Tuesday, July 23, 2013
Readers may remember my posting about the great symposium on "Intellectual Property and Religious Thought" at St. Thomas in April. Papers from it, which are forthcoming in the University of St. Thomas Law Journal, are beginning to appear in draft form on SSRN. The symposium took up a wide range of issues, from the basic question how far ideas can be owned or "sequestered" (Paul Griffiths argued that in the classic early-modern Catholic intellectual tradition they cannot), to issues concerning new technology and social justice (human gene patents, patented seeds and their effect on farmers), to the role of social relationships and communities in innovation and creativity.
Perhaps unsurprisingly, a recurrent theme was that intellectual property, like many other areas of law, has become so obssessed with rights, and with the supposedly magical qualities of market transactions, that it has neglected the common good and the duties/responsibilities that society may properly demand of property holders. A couple papers in this vein have been posted on SSRN:
Alina Ng (MIssissippi College), "Finding Copyright's Core Content"; here's an excerpt from the abstract:
Framing the analysis of copyright laws within consequentialist frameworks as intellectual property scholars have conventionally tended to do, while important in studying the consequences of laws from a socio-economic perspective, has not yielded satisfactory answers to a more fundamental question about the proper content and scope of copyright laws. For many communities and societies with increasing humanistic interests and goals, this question about the law’s proper content is a perennial one. To answer this question, this paper draws from two sources. First, legal theories on natural law, which require as a general rule that man-made laws satisfy an objective moral standard, support a proposition that copyright laws have essential moral content that may be identified through reason. Second, catholic social teachings on the common good, respect for the life and dignity of the human person, and correlation of rights and responsibility offer a framework to inform and shape appropriate copyright laws and policies. This paper proposes that for the progress of science to be sustained, the core content of copyright laws must protect the conditions that contribute towards authentic forms of authorship and support the flourishing and thriving of relationship-oriented communities.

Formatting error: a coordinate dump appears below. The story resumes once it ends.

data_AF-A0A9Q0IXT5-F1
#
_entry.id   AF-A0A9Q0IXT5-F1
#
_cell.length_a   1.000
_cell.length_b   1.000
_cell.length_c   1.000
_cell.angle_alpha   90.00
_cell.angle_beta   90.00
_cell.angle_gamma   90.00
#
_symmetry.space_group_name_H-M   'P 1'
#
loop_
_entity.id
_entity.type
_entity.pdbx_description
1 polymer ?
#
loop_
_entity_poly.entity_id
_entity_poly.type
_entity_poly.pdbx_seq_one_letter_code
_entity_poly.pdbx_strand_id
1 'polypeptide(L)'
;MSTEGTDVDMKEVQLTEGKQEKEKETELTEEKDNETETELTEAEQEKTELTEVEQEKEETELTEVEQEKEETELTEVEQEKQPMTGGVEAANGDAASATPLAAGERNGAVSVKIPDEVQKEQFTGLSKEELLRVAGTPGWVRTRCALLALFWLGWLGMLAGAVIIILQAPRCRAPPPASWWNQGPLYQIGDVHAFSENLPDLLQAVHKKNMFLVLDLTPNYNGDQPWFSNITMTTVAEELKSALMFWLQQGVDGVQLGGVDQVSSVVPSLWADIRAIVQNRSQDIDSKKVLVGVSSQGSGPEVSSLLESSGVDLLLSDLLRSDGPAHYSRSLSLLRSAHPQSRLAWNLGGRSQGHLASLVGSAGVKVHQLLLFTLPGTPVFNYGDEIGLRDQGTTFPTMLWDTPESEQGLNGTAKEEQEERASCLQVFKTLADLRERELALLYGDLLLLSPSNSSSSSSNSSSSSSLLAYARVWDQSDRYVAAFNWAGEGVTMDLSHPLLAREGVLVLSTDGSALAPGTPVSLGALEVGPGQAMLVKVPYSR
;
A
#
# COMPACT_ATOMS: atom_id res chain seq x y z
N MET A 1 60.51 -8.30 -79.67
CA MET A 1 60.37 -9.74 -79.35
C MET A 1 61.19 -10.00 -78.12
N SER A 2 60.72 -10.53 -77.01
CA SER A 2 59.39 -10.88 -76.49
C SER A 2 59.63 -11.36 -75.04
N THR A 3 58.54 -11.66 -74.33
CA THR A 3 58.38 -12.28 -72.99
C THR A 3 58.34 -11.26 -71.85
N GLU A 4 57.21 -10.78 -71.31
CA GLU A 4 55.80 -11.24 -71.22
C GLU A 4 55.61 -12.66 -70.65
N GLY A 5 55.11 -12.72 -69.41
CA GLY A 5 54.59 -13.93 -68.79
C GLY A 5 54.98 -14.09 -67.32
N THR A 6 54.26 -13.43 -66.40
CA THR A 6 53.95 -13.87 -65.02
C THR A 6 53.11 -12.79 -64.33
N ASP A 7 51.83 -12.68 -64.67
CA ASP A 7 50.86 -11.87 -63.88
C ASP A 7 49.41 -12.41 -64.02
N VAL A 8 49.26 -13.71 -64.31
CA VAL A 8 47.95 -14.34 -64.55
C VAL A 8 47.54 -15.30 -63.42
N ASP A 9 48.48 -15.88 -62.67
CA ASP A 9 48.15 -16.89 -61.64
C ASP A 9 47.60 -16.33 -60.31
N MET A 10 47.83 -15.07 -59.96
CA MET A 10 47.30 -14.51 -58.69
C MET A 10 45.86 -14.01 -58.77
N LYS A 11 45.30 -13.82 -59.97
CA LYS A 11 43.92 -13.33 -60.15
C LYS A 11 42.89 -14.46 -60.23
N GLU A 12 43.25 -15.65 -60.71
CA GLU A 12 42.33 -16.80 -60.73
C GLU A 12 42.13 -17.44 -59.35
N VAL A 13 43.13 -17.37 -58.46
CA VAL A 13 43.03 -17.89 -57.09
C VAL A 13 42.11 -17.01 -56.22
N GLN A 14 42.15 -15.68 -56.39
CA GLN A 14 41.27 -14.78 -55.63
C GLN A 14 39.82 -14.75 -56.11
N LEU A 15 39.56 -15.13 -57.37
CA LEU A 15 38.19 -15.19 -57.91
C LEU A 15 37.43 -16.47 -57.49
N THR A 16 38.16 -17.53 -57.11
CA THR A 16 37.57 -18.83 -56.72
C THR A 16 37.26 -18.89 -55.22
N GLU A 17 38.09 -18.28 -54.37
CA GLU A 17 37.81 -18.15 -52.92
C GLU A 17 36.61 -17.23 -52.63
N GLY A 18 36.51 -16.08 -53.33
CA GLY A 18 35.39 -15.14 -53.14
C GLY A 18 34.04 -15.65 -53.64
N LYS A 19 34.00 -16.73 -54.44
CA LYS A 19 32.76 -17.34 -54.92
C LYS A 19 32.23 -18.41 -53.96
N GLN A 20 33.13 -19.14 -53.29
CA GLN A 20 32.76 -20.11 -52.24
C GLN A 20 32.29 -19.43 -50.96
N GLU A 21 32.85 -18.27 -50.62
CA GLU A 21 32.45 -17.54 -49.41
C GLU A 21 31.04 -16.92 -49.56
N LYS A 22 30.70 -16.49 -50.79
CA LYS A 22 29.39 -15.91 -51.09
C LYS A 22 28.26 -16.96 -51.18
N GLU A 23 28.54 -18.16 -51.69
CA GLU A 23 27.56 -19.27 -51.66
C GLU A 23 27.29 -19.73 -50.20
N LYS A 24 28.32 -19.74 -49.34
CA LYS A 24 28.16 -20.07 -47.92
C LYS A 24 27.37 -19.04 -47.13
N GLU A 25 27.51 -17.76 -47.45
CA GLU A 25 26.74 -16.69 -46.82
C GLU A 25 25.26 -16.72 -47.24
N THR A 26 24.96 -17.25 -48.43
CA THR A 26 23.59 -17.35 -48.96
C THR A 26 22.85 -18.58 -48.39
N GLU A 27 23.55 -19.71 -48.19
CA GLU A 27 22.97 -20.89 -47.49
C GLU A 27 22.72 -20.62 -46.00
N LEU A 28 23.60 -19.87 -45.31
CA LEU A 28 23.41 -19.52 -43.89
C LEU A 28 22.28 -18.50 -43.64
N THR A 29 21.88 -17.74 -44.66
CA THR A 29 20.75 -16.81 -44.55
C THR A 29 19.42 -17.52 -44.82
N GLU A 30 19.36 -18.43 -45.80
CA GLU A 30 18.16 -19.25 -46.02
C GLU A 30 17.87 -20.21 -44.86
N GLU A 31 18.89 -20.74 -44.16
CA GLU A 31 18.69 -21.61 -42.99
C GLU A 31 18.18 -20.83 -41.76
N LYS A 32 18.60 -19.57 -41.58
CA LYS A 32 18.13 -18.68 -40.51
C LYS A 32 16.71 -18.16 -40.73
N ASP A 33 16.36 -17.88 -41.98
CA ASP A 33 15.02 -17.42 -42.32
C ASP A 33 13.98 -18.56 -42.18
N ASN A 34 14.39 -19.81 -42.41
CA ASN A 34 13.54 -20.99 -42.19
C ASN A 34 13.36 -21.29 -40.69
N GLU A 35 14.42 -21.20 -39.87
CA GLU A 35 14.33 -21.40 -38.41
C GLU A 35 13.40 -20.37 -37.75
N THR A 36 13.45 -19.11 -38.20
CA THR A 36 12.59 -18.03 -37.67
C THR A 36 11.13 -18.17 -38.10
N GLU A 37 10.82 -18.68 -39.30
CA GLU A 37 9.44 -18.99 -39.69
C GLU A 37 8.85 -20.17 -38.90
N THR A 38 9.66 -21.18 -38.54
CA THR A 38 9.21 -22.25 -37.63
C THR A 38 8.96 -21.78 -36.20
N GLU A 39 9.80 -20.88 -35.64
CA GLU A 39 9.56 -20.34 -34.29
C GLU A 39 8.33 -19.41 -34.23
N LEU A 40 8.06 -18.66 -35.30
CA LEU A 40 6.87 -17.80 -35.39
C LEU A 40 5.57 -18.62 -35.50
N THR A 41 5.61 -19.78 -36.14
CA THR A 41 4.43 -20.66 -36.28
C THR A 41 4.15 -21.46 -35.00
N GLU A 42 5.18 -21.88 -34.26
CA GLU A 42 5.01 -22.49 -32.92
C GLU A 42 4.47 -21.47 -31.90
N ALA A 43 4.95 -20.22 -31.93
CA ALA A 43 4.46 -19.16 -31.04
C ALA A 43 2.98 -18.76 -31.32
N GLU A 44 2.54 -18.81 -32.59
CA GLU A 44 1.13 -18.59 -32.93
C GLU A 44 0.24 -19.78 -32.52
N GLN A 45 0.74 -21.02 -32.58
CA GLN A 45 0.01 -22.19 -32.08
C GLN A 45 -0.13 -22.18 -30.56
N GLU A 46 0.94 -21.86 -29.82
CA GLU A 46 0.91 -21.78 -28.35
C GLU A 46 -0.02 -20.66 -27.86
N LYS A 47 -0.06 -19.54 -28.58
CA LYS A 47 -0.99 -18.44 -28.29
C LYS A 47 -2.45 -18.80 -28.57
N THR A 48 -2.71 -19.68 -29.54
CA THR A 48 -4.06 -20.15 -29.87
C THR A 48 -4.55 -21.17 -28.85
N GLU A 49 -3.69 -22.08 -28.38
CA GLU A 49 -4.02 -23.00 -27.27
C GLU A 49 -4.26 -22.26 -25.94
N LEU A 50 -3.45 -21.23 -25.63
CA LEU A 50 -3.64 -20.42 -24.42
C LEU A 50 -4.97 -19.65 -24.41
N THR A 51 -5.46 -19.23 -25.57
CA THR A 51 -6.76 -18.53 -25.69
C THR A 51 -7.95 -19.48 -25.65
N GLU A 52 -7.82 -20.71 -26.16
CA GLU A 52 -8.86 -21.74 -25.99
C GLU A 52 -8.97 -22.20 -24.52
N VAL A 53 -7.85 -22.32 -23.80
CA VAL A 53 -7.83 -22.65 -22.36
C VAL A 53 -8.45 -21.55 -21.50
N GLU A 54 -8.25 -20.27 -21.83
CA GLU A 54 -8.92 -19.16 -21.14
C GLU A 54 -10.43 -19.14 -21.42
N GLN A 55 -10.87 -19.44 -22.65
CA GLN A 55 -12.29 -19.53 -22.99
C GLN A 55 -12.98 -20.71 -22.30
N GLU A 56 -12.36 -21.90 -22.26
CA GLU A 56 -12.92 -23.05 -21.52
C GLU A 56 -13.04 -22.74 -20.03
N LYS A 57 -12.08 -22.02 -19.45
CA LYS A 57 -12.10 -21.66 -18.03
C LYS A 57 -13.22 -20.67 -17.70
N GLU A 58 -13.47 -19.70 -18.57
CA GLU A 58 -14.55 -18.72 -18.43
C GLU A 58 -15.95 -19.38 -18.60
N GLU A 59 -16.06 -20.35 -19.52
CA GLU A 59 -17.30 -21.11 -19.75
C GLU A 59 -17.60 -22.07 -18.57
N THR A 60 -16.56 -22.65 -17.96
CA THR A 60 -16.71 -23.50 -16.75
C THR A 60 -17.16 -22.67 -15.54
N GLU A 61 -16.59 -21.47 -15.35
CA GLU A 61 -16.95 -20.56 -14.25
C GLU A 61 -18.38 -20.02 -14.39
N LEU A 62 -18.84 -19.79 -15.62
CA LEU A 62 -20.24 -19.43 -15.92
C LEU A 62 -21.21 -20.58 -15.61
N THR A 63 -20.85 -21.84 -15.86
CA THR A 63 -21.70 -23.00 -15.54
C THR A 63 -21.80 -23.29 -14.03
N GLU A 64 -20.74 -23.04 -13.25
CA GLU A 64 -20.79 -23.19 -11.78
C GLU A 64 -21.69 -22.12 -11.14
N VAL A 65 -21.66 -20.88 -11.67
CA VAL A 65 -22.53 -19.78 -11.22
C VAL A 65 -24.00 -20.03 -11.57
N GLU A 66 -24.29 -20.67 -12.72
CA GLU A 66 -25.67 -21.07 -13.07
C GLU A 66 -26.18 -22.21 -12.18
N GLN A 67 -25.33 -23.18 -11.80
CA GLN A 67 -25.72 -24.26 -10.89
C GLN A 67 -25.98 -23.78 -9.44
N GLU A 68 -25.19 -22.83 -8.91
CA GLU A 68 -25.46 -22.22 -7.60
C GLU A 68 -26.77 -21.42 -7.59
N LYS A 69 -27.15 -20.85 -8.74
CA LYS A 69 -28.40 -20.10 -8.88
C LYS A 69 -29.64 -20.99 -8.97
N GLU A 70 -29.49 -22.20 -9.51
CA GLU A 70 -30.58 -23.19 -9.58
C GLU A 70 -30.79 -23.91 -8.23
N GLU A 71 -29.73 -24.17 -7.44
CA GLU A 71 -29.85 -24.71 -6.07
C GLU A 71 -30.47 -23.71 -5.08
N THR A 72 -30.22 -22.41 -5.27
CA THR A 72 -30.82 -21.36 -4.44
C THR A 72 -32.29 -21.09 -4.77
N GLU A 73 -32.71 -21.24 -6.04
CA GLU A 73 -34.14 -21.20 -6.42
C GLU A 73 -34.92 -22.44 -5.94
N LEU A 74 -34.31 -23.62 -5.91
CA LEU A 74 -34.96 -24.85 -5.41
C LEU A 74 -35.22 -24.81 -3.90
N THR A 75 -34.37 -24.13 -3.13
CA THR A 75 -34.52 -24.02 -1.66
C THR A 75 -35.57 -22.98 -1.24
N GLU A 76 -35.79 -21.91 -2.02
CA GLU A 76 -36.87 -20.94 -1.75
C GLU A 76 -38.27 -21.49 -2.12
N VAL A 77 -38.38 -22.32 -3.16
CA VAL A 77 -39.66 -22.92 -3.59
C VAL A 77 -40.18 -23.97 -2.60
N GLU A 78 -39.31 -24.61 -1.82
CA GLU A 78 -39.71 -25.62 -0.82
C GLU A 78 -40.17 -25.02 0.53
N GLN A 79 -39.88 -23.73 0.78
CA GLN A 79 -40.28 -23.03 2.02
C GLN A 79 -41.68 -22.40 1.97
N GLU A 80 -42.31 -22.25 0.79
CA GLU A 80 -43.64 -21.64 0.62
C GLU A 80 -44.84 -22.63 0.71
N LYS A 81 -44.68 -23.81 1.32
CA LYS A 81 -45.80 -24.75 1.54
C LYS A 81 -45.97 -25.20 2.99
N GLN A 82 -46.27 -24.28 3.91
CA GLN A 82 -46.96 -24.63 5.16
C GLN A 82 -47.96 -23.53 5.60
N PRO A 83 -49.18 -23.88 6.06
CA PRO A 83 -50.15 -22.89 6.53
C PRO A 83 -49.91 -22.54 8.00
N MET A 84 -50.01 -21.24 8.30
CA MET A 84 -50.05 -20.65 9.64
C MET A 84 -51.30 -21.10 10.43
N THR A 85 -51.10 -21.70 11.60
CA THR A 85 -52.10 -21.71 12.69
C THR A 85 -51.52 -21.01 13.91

Shubha Ghosh (U Wisconsin), "Duties, Consequences, and Intellectual Property":
Drawing on Amartya Sen's discussion of The Bhagavad Gita and Hindu concepts of justice (niti and nyaya), this paper examines ethical issues related to the construction of intellectual property policy. The author analyzes deontic, or duty based, and consequentialist theories of law within the context of the debate between Arjuna and Krishna in The Gita. With respect to intellectual property, the author proposes a consequentialist theory of intellectual property based on the duties owed by an owner to other persons. This ethical theory is illustrated through the legal treatment of patents on medical diagnostics (Prometheus v Mayo) as well as on through the doctrines of fair use and first sale.
FInally, Bobbi Kwall (DePaul) has posted a written version of her fantastic lunch talk, "Remember the Sabbath Day and Enhance Your Creativity":
Beginning in the twentieth century, researchers examining creativity theory have begun to focus on the relationship between a break period known as incubation and enhanced creativity. This relationship centers around the benefits of unconscious processing. Thus, science now seems to be documenting the benefits of the Jewish Sabbath, an institution dating back over three thousand years, during which time all work-day activities are suspended. This Article outlines the theological predicate of the Jewish Sabbath and surveys the history and development of the Sabbath laws. It then discusses the recent research in the social sciences and provides a theoretical bridge from this research to the significance of the Sabbath for enhancing human creativity.
There's more good stuff to come when the symposium issue appears.